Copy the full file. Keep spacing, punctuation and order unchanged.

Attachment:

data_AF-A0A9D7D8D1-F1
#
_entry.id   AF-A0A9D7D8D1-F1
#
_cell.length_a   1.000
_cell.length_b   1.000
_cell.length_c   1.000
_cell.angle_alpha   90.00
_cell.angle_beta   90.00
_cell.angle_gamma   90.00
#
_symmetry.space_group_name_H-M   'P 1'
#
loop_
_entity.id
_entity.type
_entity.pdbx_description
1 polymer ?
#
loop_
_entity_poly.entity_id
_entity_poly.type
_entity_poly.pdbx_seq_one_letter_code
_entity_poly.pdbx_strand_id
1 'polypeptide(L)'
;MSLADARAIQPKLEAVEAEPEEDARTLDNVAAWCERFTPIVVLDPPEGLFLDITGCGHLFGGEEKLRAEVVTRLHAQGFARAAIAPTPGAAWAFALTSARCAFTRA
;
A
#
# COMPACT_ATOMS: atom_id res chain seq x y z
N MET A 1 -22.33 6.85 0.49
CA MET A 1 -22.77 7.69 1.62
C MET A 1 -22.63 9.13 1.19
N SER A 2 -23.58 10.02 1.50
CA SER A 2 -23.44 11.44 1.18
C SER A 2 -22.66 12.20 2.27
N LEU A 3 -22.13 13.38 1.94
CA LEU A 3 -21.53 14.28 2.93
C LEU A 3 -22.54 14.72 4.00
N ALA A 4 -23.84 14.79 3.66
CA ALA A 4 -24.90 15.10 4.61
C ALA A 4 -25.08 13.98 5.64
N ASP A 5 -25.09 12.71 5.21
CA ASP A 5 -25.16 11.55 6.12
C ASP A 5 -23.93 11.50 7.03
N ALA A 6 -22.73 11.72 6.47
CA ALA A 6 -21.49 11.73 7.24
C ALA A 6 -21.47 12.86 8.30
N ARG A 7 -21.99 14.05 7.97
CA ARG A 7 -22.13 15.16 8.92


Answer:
data_AF-A0A9D7D8D1-F1
#
_entry.id   AF-A0A9D7D8D1-F1
#
_cell.length_a   1.000
_cell.length_b   1.000
_cell.length_c   1.000
_cell.angle_alpha   90.00
_cell.angle_beta   90.00
_cell.angle_gamma   90.00
#
_symmetry.space_group_name_H-M   'P 1'
#
loop_
_entity.id
_entity.type
_entity.pdbx_description
1 polymer ?
#
loop_
_entity_poly.entity_id
_entity_poly.type
_entity_poly.pdbx_seq_one_letter_code
_entity_poly.pdbx_strand_id
1 'polypeptide(L)'
;MSLADARAIQPKLEAVEAEPEEDARTLDNVAAWCERFTPIVVLDPPEGLFLDITGCGHLFGGEEKLRAEVVTRLHAQGFARAAIAPTPGAAWAFALTSARCAFTRA
;
A
#
# COMPACT_ATOMS: atom_id res chain seq x y z
N MET A 1 -22.33 6.85 0.49
CA MET A 1 -22.77 7.69 1.62
C MET A 1 -22.63 9.13 1.19
N SER A 2 -23.58 10.02 1.50
CA SER A 2 -23.44 11.44 1.18
C SER A 2 -22.66 12.20 2.27
N LEU A 3 -22.13 13.38 1.94
CA LEU A 3 -21.53 14.28 2.93
C LEU A 3 -22.54 14.72 4.00
N ALA A 4 -23.84 14.79 3.66
CA ALA A 4 -24.90 15.10 4.61
C ALA A 4 -25.08 13.98 5.64
N ASP A 5 -25.09 12.71 5.21
CA ASP A 5 -25.16 11.55 6.12
C ASP A 5 -23.93 11.50 7.03
N ALA A 6 -22.73 11.72 6.47
CA ALA A 6 -21.49 11.73 7.24
C ALA A 6 -21.47 12.86 8.30
N ARG A 7 -21.99 14.05 7.97
CA ARG A 7 -22.13 15.16 8.92